Five things I learned from the mountains to the coast

I sat on the curb disappointed in myself in Asheboro, North Carolina. I was well into the third day of my mountains to coast ride. Two hilly days were under my belt. Temps were in the nineties with humidity approaching the same. The forty-four miles on my third day were hilly, really hilly. The last eighteen miles beat me down. I was facing 26 rolling miles ahead.  I chose to opt-out of the rest of the day’s ride. It was not fun. This was the first of things I learned about myself on this North Carolina adventure. Here are the five most notable.

Atlantic Beach
  1. Life is about having fun. Getting off the bike was not about losing pride and not about being defeated. My decision to end the ride that day was about having fun. At this point in my life, cycling is about having fun and enjoying life on the bike. I had to concede that I had accepted a challenge that day that I might have been able to complete but at a cost of not being fun. Fun trumped challenge.
  2. Don’t give up on the challenge. I enjoy challenging myself. I find joy by living outside of my comfort zone. My week cycling across North Carolina gave me a new perspective on life challenges. I am fully in charge of my challenges, can set them, and adapt them. They can be big or small. Some pop-up on the spur of the moment. I did not achieve the challenge of cycling from the mountains to the coast. I did achieve many other challenges during that time.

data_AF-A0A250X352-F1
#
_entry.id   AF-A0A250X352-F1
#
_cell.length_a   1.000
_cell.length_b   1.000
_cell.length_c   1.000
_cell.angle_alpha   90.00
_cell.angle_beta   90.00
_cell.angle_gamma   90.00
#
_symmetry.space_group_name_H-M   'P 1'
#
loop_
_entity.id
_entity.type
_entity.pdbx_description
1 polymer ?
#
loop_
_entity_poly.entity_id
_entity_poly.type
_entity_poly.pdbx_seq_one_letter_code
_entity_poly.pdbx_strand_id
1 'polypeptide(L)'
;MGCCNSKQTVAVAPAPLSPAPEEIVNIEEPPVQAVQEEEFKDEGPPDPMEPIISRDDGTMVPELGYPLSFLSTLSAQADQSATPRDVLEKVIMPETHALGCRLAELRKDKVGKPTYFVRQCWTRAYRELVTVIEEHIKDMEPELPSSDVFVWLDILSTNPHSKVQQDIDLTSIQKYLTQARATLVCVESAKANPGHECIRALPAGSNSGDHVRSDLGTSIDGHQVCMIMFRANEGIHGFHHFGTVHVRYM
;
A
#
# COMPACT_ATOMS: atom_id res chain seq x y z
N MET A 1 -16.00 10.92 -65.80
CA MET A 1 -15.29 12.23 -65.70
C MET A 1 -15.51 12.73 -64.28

3. Embrace your age. Changes in my body and mind cannot be ignored. Getting on the bike in the morning facing a 60-80 mile ride takes more positive energy. I am a heart attack survivor. I am not the skinny young road cyclist. My left knee pain reminds me that my body needs more attention. Cycling is not so much about making the miles. It’s about accepting changes. It’s about mentally preparing for the day.
  4. Age is only a number. I find encouragement in the elder cyclists I encounter on these bike tours. It is not uncommon to talk to people in the 70s and 80s who cycle these events every year. This year I met a 90-year-old woman who cycled every day of the tour. She cycled coast to coast at age 88. The wisdom I hear from them is that you need to be active and live life to the fullest.
  5. You are never too old to learn. You can teach an old dog new tricks. This tour was a learning experience for me. I hate hills and climbing. I learned how to work my gears and watch my cadence on the first two days of the week. I did a lot of experimenting on day one. On day two, I refined my style and ended the day feeling accomplished. Every day presented a new day to learn something new.

Have Fun, challenge yourself, and live life!
Tom

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